Coronavirus: Scientists investigating if insect repellent can kill Covid-19

Citriodiol has a history of anti-viral properties and has been used against types of coronavirus

Dubai, United Arab Emirates - Reporter: N/A: People disinfect bins in Jumeirah in response to the corona virus. Wednesday, March 25th, 2020. Dubai. Chris Whiteoak / The National
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Scientists at the UK’s defence ministry are investigating whether insect repellent can be used to destroy Covid-19.

The Defence Science and Technology Laboratory in Wiltshire is carrying out the tests on the wider use of Citriodiol, an ingredient in insect repellent, which has a history of killing certain types of coronavirus.

“Citriodiol is known to have anti-viral properties and has been used as a barrier against the Sars 1 virus,” said a representative of the Ministry of Defence.

“Its utility for protecting against Covid-19 is, therefore, being explored by the ministry as an additional protective measure for personnel working on the response. Further work is required to determine its full effectiveness, acquisition and distribution.”

The UK has not followed the UAE in spraying the streets with disinfectants or installing germ-killing booths.

Jacqueline Watson, managing director of Citrefine International, the Yorkshire company that makes Citriodiol, said the product needed to be thoroughly tested but remained optimistic it could be used.

The revelation was first reported by Sky News, which last week reported that soldiers were being given Mosi Guard, a type of insect repellent that contains citriodiol.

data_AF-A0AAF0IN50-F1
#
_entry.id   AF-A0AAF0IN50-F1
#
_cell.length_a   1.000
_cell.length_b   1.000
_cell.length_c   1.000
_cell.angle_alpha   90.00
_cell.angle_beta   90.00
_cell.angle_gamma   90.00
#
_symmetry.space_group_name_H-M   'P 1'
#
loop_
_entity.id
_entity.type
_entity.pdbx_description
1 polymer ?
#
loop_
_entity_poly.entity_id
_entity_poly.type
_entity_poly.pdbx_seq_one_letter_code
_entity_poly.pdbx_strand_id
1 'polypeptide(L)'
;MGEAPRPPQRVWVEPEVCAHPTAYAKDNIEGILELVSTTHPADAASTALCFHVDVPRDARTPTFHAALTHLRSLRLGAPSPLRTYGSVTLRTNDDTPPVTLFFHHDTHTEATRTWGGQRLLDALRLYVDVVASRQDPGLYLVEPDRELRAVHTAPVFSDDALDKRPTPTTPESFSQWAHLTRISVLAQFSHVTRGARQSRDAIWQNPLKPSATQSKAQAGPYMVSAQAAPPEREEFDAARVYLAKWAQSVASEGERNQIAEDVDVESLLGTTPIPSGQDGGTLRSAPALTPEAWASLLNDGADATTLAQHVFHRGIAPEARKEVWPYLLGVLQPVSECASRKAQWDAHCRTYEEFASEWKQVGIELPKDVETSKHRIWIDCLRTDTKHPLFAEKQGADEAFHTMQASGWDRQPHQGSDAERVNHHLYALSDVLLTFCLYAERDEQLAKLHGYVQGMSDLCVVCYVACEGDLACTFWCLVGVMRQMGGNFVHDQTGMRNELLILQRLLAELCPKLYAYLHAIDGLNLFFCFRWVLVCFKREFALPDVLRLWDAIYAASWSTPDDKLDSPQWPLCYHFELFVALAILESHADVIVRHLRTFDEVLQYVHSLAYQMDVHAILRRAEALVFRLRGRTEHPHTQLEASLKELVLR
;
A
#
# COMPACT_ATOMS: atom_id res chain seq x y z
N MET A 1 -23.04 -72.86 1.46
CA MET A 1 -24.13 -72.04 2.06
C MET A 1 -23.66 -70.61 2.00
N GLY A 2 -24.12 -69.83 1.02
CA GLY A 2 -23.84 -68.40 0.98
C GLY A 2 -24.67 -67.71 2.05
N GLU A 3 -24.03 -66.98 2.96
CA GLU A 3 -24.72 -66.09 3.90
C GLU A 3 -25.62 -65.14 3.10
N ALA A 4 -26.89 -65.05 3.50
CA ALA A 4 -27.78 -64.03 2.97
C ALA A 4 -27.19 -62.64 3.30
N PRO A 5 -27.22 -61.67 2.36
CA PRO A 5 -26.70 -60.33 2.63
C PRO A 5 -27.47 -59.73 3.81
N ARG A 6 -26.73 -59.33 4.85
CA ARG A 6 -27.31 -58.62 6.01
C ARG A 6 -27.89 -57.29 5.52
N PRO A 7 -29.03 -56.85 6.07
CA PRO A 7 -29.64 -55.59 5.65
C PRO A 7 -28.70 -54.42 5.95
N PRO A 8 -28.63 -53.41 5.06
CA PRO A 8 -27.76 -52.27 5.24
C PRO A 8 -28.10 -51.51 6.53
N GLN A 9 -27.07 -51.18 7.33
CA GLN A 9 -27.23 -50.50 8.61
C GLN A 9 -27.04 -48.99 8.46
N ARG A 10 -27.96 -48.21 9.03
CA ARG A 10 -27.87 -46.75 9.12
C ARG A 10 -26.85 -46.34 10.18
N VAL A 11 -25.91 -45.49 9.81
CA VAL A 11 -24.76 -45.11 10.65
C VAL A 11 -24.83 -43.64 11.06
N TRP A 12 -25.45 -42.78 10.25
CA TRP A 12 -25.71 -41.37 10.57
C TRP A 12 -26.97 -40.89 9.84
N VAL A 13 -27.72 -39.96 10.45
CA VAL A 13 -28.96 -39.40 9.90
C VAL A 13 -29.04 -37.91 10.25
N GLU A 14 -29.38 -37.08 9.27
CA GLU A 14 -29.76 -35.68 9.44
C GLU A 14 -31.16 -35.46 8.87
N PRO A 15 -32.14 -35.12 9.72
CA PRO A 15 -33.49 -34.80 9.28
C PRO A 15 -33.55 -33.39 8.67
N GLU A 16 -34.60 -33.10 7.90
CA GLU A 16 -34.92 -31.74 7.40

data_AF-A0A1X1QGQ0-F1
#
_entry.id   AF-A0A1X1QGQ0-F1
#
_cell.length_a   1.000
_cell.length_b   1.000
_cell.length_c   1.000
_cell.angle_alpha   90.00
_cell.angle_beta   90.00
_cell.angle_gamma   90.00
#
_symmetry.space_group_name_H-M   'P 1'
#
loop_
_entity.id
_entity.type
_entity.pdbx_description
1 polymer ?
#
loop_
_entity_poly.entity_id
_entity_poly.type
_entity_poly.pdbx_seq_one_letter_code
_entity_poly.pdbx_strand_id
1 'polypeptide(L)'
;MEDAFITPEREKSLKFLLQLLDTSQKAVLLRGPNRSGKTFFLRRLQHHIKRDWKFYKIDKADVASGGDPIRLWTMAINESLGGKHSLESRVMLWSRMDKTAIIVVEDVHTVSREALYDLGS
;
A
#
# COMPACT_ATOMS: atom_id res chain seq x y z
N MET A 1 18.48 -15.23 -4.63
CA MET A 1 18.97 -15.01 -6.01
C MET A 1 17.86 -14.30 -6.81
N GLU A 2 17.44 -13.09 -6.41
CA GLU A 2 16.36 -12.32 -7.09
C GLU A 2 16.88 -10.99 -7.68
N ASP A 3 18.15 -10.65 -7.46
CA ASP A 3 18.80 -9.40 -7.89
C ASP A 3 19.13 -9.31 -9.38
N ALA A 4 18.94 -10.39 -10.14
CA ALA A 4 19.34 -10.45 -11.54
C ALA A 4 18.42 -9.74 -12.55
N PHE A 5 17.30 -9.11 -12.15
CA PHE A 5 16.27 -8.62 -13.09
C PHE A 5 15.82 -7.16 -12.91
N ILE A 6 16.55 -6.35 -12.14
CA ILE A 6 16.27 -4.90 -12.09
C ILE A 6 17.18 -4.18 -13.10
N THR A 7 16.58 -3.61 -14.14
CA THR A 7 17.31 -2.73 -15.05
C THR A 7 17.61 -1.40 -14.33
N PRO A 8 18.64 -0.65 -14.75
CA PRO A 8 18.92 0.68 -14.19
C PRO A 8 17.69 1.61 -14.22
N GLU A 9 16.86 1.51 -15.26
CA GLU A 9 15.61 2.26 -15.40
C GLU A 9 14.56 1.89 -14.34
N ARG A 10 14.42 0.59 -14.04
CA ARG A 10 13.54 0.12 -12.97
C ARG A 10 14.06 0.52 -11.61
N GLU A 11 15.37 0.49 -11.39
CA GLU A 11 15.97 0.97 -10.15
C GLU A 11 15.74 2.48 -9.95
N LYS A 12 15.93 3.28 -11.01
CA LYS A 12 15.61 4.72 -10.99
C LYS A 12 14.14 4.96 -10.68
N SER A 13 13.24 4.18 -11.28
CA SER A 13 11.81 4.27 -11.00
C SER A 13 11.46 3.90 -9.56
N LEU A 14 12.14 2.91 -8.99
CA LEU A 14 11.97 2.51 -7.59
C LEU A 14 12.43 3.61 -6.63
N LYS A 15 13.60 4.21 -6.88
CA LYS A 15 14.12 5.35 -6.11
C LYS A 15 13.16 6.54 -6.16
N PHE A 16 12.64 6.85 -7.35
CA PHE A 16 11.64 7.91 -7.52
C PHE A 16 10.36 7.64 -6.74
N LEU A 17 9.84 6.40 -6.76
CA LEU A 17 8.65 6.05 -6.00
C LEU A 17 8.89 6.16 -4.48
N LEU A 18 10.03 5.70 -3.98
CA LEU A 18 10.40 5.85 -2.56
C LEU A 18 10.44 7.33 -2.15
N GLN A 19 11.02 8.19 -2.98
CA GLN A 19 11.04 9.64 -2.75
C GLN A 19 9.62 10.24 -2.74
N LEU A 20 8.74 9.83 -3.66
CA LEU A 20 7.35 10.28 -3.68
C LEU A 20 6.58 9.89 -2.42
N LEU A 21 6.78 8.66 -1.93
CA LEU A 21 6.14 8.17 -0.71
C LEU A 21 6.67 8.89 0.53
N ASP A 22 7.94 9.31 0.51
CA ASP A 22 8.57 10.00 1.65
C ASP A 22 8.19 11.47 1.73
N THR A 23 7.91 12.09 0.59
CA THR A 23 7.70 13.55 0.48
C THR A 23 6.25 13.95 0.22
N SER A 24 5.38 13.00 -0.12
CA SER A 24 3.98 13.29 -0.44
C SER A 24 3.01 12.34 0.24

The ministry said the use of Citriodol would be part of a “layered approach” to bolster the safety of its personnel including the use of personal protective equipment.

But the move is not without controversy, with one MP questioning why Citriodiol was not being distributed to health workers if it was so effective.

"The government must make public the evidence behind the decision to supply our armed forces with Citriodiol,” said Liberal Democrat MP Jamie Stone.

"If there is evidence that Citriodiol is effective in protecting people against coronavirus, then I am thrilled that our armed forces are being supplied with it. However, this does beg the question: why aren't all key workers being given it?

"On the other hand, if there is no evidence that Citriodiol is effective, then why waste precious resources stockpiling the stuff and giving it out? Surely that money would be better spent on procuring PPE?” he said.